Dissecting Deadly Delays in Newborn Screening

By Amy Gaviglio, M.S., CGC
Short Term Follow-Up Supervisor-Minnesota Department of Health

Efficiency. This one word embodies much of the essence of Newborn Screening Programs, where the goal is to quickly identify at-risk children before symptoms begin. In order for a program to reach its goal of efficiency, several factors must fall neatly into place. First, the sample must be collected at the appropriate time (at least 24 hours after birth), given time to dry (at least 3 hours), then sent to the state testing lab as quickly as possible. Once at the lab, public health staff members use high-throughput screening methods to test the samples. If all goes well, abnormal results are available 3-5 days after birth and called out to the appropriate physicians and/or specialists shortly thereafter.  

But, the process doesn’t always go smoothly. The recent article in the Milwaukee Journal Sentinel (Deadly Delays) sheds light on the area where lags are most likely to occur: sending the samples from the birth facility to the state lab. As the article notes, though best practice guidelines recommend that newborn screening specimens arrive at the lab within three days of sample collection, many are arriving later – up to weeks later. And when this occurs, it prevents the system from working as efficiently as it should. In many cases, these delays have no significant impact, since most children have normal newborn screens. But for those children with a disorder, the extra time can mean the difference between long-term health problems and a relatively healthy life. 

In Minnesota, we are fortunate to have a robust screening program where we have implemented several measures for ongoing evaluation and improvement of our program in terms of transit times. First, follow-up staff members match screening specimens daily with electronic birth certificates. This allows the program to know quickly when a sample has not been received, so staff can contact the birth facility or midwife to determine the reason a sample is missing and help expedite follow-up accordingly. Second, the newborn screening program provides overnight courier services for hospitals that are unable to use their own couriers for delivery of specimens. MDH allows facilities to select both early morning and Saturday delivery. Providing this service accomplishes several things: 1) It helps prevent batching of specimens by facilities (batching saves shipping costs, but it causes delays in spending specimens); 2) it allows the program to track shipments; and 3) it allows facilities to choose options (like Saturday delivery) that are helpful to the efficiency of the screening process. And finally, laboratory staff here at MDH work six days a week and certified genetic counseling staff are on-call 24/7/365 in order to be available to call out positive results or provide consultation.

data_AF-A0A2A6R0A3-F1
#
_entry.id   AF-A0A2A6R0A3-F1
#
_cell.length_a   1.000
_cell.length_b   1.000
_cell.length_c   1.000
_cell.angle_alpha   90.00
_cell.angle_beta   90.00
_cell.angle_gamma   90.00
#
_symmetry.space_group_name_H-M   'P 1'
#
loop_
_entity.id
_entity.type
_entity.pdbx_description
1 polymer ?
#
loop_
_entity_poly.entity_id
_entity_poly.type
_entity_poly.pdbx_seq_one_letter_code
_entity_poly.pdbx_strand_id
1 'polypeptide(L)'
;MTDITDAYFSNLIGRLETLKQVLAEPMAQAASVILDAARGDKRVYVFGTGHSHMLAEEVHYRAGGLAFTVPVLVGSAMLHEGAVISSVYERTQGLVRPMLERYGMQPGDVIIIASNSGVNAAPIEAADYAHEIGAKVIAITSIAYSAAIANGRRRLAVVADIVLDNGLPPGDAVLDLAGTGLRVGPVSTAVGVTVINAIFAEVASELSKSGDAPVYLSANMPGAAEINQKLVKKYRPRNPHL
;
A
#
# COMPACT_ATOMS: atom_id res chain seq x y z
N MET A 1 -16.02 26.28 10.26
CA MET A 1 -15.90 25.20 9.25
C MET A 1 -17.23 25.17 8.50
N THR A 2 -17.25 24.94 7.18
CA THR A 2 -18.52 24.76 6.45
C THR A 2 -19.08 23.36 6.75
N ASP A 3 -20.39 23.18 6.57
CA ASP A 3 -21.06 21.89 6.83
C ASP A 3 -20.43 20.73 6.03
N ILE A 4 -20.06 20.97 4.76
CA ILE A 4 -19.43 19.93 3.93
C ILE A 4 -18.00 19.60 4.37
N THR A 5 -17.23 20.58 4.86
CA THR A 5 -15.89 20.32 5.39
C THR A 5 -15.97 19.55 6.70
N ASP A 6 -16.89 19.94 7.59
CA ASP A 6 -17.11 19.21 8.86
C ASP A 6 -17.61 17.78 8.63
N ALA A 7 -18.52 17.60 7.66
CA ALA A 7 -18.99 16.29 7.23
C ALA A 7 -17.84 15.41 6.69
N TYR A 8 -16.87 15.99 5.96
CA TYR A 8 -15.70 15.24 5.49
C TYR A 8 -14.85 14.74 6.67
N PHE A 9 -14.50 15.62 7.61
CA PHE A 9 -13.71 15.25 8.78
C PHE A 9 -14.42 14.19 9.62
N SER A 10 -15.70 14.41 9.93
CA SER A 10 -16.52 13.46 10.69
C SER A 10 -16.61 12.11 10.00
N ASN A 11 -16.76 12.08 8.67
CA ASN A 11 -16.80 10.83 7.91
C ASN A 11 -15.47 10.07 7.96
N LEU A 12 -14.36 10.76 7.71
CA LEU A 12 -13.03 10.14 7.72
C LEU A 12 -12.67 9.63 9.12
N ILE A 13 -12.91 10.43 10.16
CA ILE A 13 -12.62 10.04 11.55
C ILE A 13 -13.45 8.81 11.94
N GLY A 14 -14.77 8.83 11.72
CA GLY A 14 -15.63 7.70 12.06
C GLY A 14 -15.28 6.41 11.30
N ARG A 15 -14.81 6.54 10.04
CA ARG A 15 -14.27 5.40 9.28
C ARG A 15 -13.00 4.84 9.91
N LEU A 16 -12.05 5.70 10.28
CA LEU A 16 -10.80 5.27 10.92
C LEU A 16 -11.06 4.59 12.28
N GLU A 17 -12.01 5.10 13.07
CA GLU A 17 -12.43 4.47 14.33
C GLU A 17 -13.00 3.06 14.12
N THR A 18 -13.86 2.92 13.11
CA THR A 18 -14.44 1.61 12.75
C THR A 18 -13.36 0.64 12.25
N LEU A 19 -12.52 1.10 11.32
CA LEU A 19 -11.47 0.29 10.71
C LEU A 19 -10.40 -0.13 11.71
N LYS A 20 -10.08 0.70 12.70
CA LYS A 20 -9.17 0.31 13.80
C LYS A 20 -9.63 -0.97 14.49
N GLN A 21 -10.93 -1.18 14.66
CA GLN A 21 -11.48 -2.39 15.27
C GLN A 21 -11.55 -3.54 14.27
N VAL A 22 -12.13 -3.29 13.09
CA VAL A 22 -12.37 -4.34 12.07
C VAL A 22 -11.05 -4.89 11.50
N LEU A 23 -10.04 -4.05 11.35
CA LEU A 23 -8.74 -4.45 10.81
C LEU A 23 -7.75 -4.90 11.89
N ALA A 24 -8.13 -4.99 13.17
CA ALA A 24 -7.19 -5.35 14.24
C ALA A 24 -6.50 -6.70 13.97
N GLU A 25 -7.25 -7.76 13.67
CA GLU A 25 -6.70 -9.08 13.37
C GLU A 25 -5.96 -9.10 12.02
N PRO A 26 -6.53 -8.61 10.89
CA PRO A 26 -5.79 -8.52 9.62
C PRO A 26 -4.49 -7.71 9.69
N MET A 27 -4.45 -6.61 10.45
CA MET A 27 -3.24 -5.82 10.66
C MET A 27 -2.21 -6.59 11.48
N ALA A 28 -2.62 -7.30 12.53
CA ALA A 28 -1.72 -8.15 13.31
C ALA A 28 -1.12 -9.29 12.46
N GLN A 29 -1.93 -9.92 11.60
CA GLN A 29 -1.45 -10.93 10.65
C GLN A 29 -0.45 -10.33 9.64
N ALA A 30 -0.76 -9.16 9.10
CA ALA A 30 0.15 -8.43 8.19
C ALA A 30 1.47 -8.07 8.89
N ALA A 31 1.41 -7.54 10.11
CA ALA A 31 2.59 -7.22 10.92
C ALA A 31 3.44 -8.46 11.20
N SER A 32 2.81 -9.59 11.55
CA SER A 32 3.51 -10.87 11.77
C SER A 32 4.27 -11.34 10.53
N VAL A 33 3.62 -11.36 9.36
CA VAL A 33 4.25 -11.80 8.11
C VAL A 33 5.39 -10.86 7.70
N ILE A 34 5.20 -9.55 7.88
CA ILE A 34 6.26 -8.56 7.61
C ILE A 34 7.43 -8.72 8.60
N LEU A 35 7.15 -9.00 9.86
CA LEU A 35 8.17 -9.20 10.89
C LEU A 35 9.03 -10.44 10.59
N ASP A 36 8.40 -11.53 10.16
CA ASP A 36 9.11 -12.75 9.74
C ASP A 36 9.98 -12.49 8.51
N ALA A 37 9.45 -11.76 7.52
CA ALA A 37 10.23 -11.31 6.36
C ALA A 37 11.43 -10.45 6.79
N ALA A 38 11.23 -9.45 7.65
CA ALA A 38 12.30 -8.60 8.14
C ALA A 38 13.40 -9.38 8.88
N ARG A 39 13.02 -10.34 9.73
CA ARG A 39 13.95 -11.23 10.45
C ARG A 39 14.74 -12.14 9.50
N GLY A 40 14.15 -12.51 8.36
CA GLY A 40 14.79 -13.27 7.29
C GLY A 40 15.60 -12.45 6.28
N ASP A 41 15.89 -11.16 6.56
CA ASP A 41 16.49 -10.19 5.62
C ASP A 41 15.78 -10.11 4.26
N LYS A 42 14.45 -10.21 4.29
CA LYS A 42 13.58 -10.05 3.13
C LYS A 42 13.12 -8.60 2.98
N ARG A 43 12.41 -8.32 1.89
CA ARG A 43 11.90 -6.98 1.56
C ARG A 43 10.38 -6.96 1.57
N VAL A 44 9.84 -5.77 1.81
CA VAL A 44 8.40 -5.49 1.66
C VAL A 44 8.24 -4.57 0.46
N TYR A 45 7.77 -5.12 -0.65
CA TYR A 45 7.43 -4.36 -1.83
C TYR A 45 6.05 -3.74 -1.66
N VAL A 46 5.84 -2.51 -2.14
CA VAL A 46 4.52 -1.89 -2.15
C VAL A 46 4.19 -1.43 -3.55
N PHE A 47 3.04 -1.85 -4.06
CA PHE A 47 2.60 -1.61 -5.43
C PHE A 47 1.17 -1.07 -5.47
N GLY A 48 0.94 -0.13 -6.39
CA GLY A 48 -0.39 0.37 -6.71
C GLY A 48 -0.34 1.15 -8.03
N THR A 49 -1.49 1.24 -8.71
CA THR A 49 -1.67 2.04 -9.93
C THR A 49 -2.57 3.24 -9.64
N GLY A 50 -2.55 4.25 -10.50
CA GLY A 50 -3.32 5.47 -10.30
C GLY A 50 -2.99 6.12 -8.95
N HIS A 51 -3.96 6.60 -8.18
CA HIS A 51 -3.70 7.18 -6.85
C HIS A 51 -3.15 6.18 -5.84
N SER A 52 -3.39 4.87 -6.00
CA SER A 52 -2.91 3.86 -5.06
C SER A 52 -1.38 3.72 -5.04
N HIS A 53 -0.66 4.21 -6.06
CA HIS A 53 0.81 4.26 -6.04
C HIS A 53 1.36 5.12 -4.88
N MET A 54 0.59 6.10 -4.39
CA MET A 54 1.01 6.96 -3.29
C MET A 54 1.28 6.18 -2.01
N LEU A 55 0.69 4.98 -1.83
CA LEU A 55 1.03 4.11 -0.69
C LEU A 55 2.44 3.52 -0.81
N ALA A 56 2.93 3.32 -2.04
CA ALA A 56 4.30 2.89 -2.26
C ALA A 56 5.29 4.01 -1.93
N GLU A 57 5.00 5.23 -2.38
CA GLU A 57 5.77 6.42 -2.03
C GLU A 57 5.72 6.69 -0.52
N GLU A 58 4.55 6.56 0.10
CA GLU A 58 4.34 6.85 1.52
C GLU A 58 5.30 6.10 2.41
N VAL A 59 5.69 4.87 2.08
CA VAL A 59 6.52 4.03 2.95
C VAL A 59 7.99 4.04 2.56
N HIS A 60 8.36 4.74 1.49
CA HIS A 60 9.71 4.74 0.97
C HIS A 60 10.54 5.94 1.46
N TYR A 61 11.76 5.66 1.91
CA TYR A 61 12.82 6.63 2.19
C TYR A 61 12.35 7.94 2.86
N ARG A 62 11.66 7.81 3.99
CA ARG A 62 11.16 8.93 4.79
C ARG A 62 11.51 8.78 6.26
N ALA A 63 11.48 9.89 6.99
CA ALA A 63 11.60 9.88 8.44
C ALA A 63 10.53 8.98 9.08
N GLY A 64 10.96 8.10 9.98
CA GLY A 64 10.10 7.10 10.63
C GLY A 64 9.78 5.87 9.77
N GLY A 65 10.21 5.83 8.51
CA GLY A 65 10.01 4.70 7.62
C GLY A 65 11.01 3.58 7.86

Despite these measures, improvements still can be made in Minnesota and nationwide. Locally, the Milwaukee Journal Sentinel report revealed several hospitals in Minnesota needing improvement. Many of these hospitals took it upon themselves to reach out to the MN Newborn Screening Program to discuss the best ways to improve; better mechanisms of ongoing communication and collaboration have been the result. This article, recently published in a local newspaper, illustrates how these new relationships have improved newborn screening in Minnesota: http://www.southernminn.com/st_peter_herald/news/article_0dff414b-8aea-5...

Sir Geoffrey Vickers once said, “Public health is the persistent redefinition of the unacceptable.”

The states’ newborn screening programs are vital to the health of our country’s children. The Journal article demonstrates the importance of reevaluation as a means to improvement. As newborn screening programs strive to monitor and adjust, to increase the speed and accuracy of delivery and testing, and to add testing for even more treatable diseases, the support from our state legislatures, the funding communities, and the general population becomes even more important to the well-being of our newest citizens and to the programs that protect them. 

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